When you have diabetes, you should have good control of your blood sugar. If your blood sugar is not controlled, serious problems called complications can happen to your body after many years. Learn how to manage your blood sugar so that you can stay as healthy as possible.
Take Control of Your Diabetes
Know the basic steps for managing your diabetes. Poorly managed diabetes can lead to many health problems.
Know how to:
- Recognize and treat low blood sugar (hypoglycemia)
- Recognize and treat high blood sugar (hyperglycemia)
- Plan healthy meals
- Monitor your blood sugar (glucose)
- Take care of yourself when you are sick
- Find, buy, and store diabetes supplies
- Get the checkups you need
If you take insulin, you should also know how to:
- Give yourself insulin
- Adjust your insulin doses and the foods you eat to manage your blood sugar during exercise and on sick days
You should also live a healthy lifestyle.
- Exercise at least 30 minutes a day, 5 days a week. Do muscle strengthening exercises 2 or more days a week.
- Avoid sitting for more than 30 minutes at a time.
- Try speed walking, swimming, or dancing. Pick an activity you enjoy. Always check with your doctor before starting any new exercise plans.
- Follow your meal plan.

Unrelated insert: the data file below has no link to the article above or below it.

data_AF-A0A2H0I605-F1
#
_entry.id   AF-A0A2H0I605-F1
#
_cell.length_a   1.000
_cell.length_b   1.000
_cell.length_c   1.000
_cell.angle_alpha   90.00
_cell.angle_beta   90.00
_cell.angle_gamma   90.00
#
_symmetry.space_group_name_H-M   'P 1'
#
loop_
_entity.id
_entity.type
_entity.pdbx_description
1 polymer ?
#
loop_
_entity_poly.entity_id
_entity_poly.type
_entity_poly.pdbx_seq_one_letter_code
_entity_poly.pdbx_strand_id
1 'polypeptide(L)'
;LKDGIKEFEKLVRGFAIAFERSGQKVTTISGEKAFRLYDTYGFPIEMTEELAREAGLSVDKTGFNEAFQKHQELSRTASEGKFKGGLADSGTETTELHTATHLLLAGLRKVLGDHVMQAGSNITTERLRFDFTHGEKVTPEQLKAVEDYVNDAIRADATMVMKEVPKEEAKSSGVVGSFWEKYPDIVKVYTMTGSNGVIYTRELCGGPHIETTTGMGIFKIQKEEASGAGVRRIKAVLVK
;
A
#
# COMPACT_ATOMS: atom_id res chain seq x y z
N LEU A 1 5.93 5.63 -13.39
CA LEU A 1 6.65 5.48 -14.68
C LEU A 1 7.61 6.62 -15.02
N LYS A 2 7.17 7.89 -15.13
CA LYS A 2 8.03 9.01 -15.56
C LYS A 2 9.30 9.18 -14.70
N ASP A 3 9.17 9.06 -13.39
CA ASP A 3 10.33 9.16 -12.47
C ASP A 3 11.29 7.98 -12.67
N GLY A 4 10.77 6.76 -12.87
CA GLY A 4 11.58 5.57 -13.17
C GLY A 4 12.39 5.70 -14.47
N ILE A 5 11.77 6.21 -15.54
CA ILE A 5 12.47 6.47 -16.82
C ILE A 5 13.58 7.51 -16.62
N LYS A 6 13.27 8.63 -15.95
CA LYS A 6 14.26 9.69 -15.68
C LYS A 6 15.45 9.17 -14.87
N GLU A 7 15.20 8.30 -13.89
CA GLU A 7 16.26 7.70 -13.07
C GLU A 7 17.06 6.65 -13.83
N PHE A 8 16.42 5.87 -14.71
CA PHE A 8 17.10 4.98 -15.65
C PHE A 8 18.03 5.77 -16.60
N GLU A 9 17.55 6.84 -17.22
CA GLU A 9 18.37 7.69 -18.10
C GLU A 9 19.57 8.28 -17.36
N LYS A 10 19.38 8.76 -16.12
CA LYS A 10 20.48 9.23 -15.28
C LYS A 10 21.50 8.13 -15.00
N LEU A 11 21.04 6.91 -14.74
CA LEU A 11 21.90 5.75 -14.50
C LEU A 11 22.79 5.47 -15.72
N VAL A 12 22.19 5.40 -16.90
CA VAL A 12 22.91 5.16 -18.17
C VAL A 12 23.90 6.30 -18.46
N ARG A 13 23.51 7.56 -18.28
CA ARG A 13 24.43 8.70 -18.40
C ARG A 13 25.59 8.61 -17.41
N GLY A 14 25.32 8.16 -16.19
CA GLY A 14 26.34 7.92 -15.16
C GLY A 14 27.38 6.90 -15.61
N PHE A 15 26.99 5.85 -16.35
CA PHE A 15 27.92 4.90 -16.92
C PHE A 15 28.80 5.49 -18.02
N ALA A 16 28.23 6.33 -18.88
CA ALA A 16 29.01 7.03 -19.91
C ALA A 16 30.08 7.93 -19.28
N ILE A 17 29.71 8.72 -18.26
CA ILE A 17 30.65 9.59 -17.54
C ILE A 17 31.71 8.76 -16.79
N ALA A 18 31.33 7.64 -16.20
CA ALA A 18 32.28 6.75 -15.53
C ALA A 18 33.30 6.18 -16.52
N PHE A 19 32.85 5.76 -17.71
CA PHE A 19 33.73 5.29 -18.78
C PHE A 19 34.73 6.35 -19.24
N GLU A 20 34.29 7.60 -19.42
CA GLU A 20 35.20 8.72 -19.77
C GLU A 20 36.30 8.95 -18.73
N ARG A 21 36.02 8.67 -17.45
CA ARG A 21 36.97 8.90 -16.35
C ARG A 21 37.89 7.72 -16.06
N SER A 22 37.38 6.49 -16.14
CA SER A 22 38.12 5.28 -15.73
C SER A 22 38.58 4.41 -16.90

Take your medicines the way your health care provider recommends.
Check Your Blood Sugar Often
Checking your blood sugar levels often and writing down the results will tell you how well you are managing your diabetes. Talk to your doctor and diabetes educator about how often you should check your blood sugar.
- Not everyone with diabetes needs to check their blood sugar every day. But some people may need to check it many times a day.
- If you have type 1 diabetes, check your blood sugar at least 4 times a day.
Usually, you will test your blood sugar before meals and at bedtime. You may also check your blood sugar:
- After you eat out, especially if you have eaten foods you don't normally eat
- If you feel sick
- Before and after you exercise
- If you have a lot of stress
- If you eat too much
- If you are taking new medicines
Keep a record for yourself and your provider. This will be a big help if you are having problems managing your diabetes. It will also tell you what works and what doesn't work, to keep your blood sugar under control. Write down:
- The time of day
- Your blood sugar level
- The amount of carbohydrates or sugar you ate
- The type and dose of your diabetes medicines or insulin
- The type of exercise you do and for how long
- Any unusual events, such as feeling stressed, eating different foods, or being sick
Many glucose meters let you store this information.
You and your health care provider should set a target goal for your blood sugar levels for different times during the day. If your blood sugar is higher than your goals for 3 days and you don't know why, call your provider.
Recommended Blood Sugar Targets
For people with type 1 diabetes, the American Diabetes Association recommends that blood sugar targets be based on a person's needs and goals. Talk to your doctor and diabetes educator about these goals. A general guideline is:
Before meals, your blood sugar should be:
- From 90 to 130 mg/dL (5.0 to 7.2 mmol/L) for adults